Being a learn-it-all is how you adapt, being a know-it-all is how you die (Part 2)
Deloitte's Valter Adão says that the companies that will survive are those that embrace learning.
In part one of “Being a learn-it-all is how you adapt, being a know-it-all is how you die”, Deloitte’s Valter Adão talked about the importance of company leadership adopting a mindset of gaining knowledge.
It is critical is to create an organisation that has embraced the culture of learning, is developing staff to take on future roles and embraces collaboration.
“By collaboration, I don’t just mean around internal departments inside an organisation. Collaboration could be an industry-wide collaboration, working together to solve industry problems. This is what we need in South Africa at the moment. Also, collaborating with different types of organisations. Corporates collaborating with startups is a great way of unlocking rapid value inside businesses,” Valter says.
One company that has caught Valter’s attention is Kodak. “It is a great example of a company that was very innovative, but failed to understand what the market needed and wanted, and therefore the innovation they created and failed to launch, and ultimately resulted in the demise of their business.”
However, he points out that what’s interesting about Kodak is that the company has returned, having learnt its lesson around ignoring what the market wants, and they’re leveraging cryptocurrencies and blockchain to play a significant role in document management and the payment of royalties to professional and amateur photographers.
Valter highlights that, looking at companies in the South African economy at the moment, there are companies that are struggling in a tough economy and there are companies that are doing well and expanding. He uses Discovery as an example for the latter, saying that it embraces the culture of learning and the culture of being a learn-it-all. “But it understands that the market dynamics change and as customer requirements change during those periods, they adapt to change through it. And they certainly are bold experimentalists.”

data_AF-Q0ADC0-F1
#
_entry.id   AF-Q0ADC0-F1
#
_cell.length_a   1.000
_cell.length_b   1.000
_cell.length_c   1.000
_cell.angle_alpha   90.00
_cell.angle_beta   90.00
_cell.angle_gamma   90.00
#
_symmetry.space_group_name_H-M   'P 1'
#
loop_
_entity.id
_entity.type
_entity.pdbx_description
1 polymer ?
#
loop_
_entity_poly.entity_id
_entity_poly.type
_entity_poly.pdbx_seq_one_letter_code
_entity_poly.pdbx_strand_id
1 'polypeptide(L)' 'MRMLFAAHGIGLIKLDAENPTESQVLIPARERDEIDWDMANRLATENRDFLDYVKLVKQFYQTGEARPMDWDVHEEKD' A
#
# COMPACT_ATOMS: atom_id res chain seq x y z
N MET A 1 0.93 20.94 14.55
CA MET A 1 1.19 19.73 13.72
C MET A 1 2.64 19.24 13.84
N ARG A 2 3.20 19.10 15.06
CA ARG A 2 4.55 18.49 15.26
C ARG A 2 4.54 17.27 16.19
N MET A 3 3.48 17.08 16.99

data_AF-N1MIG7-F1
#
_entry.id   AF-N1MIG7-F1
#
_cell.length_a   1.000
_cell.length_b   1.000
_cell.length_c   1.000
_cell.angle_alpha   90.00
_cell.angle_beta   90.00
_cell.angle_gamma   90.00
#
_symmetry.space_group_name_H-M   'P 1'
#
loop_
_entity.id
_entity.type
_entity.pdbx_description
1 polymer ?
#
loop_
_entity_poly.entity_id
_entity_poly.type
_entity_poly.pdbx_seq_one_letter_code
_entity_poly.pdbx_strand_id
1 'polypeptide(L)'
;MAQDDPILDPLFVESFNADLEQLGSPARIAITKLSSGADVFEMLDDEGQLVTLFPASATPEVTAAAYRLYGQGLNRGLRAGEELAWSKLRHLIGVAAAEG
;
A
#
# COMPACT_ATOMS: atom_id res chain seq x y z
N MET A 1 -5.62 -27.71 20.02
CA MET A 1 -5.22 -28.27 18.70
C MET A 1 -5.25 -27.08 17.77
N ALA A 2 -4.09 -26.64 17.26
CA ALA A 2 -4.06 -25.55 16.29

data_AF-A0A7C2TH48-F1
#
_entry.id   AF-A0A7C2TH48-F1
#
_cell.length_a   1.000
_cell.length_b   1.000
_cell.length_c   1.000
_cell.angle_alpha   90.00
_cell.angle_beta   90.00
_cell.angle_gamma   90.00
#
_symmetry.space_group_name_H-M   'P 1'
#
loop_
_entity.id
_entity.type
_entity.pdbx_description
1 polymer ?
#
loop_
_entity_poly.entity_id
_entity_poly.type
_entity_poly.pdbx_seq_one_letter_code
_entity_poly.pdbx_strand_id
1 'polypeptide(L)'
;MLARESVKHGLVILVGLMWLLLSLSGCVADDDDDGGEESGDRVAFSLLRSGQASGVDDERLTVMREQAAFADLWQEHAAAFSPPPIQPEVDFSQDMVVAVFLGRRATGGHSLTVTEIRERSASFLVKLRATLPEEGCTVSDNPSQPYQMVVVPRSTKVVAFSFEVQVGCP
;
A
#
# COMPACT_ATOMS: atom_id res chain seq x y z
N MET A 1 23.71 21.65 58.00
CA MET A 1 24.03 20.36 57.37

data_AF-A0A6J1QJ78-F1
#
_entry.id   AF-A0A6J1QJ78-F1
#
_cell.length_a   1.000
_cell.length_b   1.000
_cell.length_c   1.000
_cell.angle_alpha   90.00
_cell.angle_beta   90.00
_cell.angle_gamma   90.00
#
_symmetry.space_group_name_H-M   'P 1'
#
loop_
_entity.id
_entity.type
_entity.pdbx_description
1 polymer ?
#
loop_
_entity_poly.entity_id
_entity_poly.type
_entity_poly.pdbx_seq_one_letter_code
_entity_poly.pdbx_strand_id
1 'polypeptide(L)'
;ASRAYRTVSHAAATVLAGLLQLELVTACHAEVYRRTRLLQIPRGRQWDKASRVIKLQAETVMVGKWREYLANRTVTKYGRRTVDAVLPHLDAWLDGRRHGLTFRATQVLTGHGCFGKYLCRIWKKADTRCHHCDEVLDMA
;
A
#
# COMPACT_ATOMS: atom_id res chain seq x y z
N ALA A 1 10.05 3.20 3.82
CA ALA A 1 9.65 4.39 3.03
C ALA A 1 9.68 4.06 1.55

Deloitte itself is a multifaceted and multi-disciplinary knowledge business, and Valter explains that for the company, in a world where the economic rate of change is as high as it is, being on the cutting edge of thinking, understanding and insight is critical.
“Learning has to be a culture in our business. It’s not something we do, it’s something we behave ourselves into. And it's also critical for the value proposition that we offer people that join Deloitte. You don’t come to Deloitte for anything else other than the phenomenal and steep curve of learning that you have through the tools and our global networks, but also the work that we do with clients,” Valter says. “So, it’s critical that we ensure the digital fluency of our people, and that we’re constantly challenging how we allow people to learn. It’s not just about content, its also about the format to ensure that we allow people collaboration. We have many disciplines across our business and the greatest impact we can have on our clients and our market is to combine these disciplines in a seamless way. It doesn’t matter how we are structured, what matters most is our client’s experience dealing with Deloitte.”
He says that the company has to ensure that it has the right leadership in place that is mature enough to put the clients’ needs first all the time in terms of providing high-quality professional services.
“The collaboration also goes outside of our organisation, we’ve come to the realisation - a long time ago - not just in South Africa, but across the world, that in order to be considered leading in our markets we have to come to the realisation that there are many smart individuals and many smart organisations outside our structures,” Valter explains. “And so we collaborate with the most amazing entrepreneurs in South Africa that have built companies which leverage exponential technologies. And we bring their capabilities together with our capabilities and our joint networks, and ultimately, the winner is the market, our clients and our people that benefit from that.”
Valter explains that the digital augmentation and transformation of Deloitte is not achieved by the activities that he drives as chief digital and innovation officer only. “I think it’s critically important that I provide the organisation with a horizon towards which we need to move, but it’s critical that there’s buy-in from the highest four structures of our leadership.”
The CEO needs to believe, endorse and behave it and encourage its adoption. The various COs across the business, from consultant to audit to risk advisory have to do exactly the same. “I think that’s what we’re getting right. We’re not benchmarking ourselves against our potential competitors, we’re benchmarking ourselves against what the market wants and what our clients are asking for what their clients want and the insight and the skills that are required to do that.”
Valter concludes that:
“Without a doubt, what I encourage among our partners and our most senior management across the business, is again the mindset of continuous learning and the mindset around personal relevance - that it’s each one’s responsibility to remain relevant in this world of change. Embracing learning inside the organisation and embracing on the outside of the organisation curiosity and reducing scepticism and cynicism that typically we have as senior professionals. And embrace a world of listening, encouraging and participation and opinions from broader teams etc, and establishing that ethos around collaboration around curiosity and experimentation.”